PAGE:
Malaysia media leaders on Monday urged their journalist colleagues in Indonesia to together abate tensions following the controversy over the ‘pendet’ dance that had led to some Indonesians threatening the safety of Malaysians there.
While respecting the freedom of the media in that republic, a group of senior Malaysian editors asked for wisdom of their friends in Indonesia in coverage and to view the ties between the two countries in a broader perspective.
“Let us not lose focus and attention with petty issues that as such approach does not benefit the people of both countries,” said Datuk Ahmad Talib, pro-tem chairman of The Malaysia-Indonesia Journalists Alliance (ISWMI)’s Malaysian branch at a news conference at Seri Pentas, TV3 here.
Present were Bernama TV editorial advisor, Datuk Seri Azman Ujang; Bernama editor-in-chief, Datuk Yong Soo Heong; Malaysia Press Institute (MPI) chief executive officer, Datuk Chamil Wariya; Star Publications group chief editor, Datuk Seri Wong Chun Wai; Kumpulan Karangkraf chief editor, Abdul Jalil Ali; the deputy director of the public relations section in the Prime Minister’s Department, Abdull Hadi Mohd Yusoff; and media practioner Sabaruddin Ahmad Sabri.
Ahmad, who is also the executive director of news and editorial operations of Media Prima, said the Malaysian media were closely watching the Indonesian media coverage regarding the ‘pendet’ dance controversy, especially that Malaysia stole that country’s culture to the point that some Indonesians acted to look for Malaysians in that country.
He said ISWMI felt the development cannot be allowed to go on as it would adversely affect the good relations between Kuala Lumpur and Jakarta including in business ties and ties between the peoples of the two countries.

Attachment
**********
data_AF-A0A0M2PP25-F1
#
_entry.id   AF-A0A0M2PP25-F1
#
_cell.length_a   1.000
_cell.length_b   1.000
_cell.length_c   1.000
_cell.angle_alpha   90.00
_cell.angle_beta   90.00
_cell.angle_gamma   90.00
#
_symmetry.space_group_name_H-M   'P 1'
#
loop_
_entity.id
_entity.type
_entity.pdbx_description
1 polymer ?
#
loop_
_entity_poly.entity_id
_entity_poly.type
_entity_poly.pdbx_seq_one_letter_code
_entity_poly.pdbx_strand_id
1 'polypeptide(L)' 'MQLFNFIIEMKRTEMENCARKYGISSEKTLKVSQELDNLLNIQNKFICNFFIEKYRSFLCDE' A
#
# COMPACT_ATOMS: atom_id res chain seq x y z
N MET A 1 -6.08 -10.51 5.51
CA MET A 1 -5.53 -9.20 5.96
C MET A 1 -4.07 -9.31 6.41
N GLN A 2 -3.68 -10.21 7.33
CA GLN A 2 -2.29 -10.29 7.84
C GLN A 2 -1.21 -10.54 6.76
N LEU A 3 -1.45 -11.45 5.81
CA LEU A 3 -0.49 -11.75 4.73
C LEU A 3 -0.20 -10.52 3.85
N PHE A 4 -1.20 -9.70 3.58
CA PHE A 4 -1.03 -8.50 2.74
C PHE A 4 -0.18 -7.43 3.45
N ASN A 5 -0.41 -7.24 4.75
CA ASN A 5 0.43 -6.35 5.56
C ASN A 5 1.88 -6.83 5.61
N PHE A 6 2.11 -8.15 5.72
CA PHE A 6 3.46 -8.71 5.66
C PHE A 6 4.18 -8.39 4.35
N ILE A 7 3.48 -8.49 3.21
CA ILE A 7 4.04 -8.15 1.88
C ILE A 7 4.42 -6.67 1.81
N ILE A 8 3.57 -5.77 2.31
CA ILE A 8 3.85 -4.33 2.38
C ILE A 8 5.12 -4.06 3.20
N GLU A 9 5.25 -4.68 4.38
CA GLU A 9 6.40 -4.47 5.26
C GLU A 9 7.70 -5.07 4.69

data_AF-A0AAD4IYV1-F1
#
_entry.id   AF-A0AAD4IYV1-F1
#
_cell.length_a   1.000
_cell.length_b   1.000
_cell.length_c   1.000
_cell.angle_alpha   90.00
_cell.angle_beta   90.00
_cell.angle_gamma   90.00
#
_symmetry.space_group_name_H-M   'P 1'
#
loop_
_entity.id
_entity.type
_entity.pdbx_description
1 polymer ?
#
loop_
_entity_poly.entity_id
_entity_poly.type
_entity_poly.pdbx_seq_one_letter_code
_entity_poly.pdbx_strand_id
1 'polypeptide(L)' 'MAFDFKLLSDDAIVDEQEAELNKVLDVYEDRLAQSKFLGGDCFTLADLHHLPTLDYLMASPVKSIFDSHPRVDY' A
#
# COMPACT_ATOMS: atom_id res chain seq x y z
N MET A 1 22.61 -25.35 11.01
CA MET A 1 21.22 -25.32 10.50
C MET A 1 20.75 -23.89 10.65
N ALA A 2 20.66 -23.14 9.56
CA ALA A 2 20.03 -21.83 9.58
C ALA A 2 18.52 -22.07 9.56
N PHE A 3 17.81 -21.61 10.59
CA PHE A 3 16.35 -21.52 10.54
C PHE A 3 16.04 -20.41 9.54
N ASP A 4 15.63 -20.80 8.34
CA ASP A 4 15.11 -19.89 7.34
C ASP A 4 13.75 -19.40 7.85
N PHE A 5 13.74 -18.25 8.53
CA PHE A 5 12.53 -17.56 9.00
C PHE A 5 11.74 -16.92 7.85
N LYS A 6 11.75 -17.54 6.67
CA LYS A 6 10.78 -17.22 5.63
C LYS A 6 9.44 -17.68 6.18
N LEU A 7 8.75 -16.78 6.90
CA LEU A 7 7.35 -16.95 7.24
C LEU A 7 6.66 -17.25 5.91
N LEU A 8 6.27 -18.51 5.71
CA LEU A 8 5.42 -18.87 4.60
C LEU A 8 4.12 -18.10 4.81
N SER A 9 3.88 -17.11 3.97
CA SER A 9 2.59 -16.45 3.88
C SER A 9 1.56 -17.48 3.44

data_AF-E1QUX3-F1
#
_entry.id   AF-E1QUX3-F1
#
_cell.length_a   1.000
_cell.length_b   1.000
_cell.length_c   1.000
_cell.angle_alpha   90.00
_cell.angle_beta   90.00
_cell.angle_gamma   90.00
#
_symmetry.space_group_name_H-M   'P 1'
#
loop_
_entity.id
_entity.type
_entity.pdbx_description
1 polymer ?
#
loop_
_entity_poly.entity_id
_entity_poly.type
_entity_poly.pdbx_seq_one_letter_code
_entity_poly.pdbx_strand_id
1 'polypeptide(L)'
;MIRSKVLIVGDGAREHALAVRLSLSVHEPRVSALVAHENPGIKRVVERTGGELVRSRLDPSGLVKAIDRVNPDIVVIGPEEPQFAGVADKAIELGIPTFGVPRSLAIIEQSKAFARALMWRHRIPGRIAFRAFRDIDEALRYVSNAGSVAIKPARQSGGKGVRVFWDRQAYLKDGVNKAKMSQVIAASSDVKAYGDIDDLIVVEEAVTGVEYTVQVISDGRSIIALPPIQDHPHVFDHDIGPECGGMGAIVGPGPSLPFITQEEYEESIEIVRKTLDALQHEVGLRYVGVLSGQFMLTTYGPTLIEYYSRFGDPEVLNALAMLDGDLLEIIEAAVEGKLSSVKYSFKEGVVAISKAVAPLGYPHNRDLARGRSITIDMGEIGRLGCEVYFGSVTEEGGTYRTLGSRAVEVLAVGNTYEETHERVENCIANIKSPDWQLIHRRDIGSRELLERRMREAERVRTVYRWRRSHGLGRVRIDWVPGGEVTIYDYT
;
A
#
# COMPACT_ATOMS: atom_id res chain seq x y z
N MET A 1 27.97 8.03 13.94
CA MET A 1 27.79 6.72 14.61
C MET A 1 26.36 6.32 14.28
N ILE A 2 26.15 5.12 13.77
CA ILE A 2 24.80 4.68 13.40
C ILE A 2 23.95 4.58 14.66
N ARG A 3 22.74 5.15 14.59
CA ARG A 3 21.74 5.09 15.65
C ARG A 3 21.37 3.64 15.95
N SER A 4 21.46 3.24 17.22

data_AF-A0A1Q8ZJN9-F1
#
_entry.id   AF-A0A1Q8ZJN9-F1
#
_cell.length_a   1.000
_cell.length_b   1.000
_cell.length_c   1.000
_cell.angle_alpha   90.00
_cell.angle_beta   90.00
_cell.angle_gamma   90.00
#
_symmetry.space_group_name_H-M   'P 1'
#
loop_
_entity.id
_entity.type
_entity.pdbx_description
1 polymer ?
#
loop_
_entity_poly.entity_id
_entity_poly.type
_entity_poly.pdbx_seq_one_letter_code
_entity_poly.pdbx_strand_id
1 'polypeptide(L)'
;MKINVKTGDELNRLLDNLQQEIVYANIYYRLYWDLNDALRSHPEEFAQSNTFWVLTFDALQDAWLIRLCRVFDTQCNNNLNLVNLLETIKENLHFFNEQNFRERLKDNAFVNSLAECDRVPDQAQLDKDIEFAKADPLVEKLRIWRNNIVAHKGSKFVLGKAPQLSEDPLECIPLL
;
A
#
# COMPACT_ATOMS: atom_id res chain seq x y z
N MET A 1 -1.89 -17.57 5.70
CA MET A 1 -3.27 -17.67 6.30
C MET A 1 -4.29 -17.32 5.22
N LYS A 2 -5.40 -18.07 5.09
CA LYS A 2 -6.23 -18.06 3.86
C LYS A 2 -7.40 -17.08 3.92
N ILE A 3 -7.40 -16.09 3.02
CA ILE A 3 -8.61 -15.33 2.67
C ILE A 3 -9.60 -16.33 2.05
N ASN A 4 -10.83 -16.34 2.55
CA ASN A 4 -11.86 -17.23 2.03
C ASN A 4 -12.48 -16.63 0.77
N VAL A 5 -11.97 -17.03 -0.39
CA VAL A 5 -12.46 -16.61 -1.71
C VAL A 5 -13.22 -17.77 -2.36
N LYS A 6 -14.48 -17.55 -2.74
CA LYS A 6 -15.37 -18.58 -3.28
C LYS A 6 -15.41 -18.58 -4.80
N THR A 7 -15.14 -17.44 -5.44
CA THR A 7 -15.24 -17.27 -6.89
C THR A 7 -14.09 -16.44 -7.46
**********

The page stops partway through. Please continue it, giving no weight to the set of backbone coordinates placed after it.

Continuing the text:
ISWMI is an initiative by Malaysian jounalists to better Malaysia-Indonesia ties following various issues that have cropped from time to time that affected ties like the overlapping claims on Pulau Sipadan and Ligitan, Malaysia’s claim over Ambalat, the issue of Indonesian workers in Malaysia, allegations over abuse of Indonesian immigrants and the latest over the ‘pendet’ dance issue.
Ahmad said an Indonesian ISWMI branch would be set up soon before a journalist exchange programme is implemented to bring about close ties through visits and dialogue.
Chamil said MPI last year invited a group of young Indonesian journalists to take part in training under the “International Fellowship Journalism” programme to cement close ties.
According to him, the programme provided long term benefits towards correcting whatever negative perceptions there were about the country among journalists.
Meanwhile, the Malaysia-Indonesia Strategic Centre (MISC) that was established here today urged the Malaysian and Indonesian governments to set up special team to probe deeply the actual cause of the ‘sweeping Malaysia’ matter.
“There may be quarters that are jealous of the friendship between both the countries…so a special team needs to be set up as we cannot be faced with the same issue every month. Urgent steps need to be taken so this issue is not repeated and the friendly ties of the two countries can be strengthened back,” Mohamad Ezam Mohd Nor told reporters at the launch.
Mohamad Ezam, who is the chairman of the Yayasan Generasi Baru Nusantara and also a member of MISC Amanah that was jointly set up by the Malaysia Indonesia Friendship Board (Prima), Indonesia Strategic Centre (ISC) and Centre of Indonesia Reform (CIR).
Deputy secretary-general of Prima, Chairul Anhar, said Indonesians also did not support and disliked the ‘Sweeping Malaysia’ slogan and regarded it as the work of a small number of people from the millions of Indonesians and it would not be able to shake the friendship of the two nations.
“There are no laws in Indonesia that can allow Indonesians to chase out foreigners in Indonesia as they wish and we want to tell Malaysians we are relations and thinks can be worked out as a family,” he said.
Mohamad Ezam said the main focus of MISC which will officially operate after Hari Raya at its headquarters in Jakarta was to shift the younger generation’s paradigm from nationalistic thinking only to an attitude of regionalism for the future of the two countries.
Meanwhile, Pas vice-president Salahuddin Ayub said the “sweeping Malaysia” incident was caused by some old issues between Malaysia and Indonesia like Indonesian labour force and maids.
Salahuddin today met the Indonesian deputy ambassador to Malaysia, Tatang Razak, at the Indonesian embassy and was assured that the Indonesian government would act against those who acted outside the law in that country.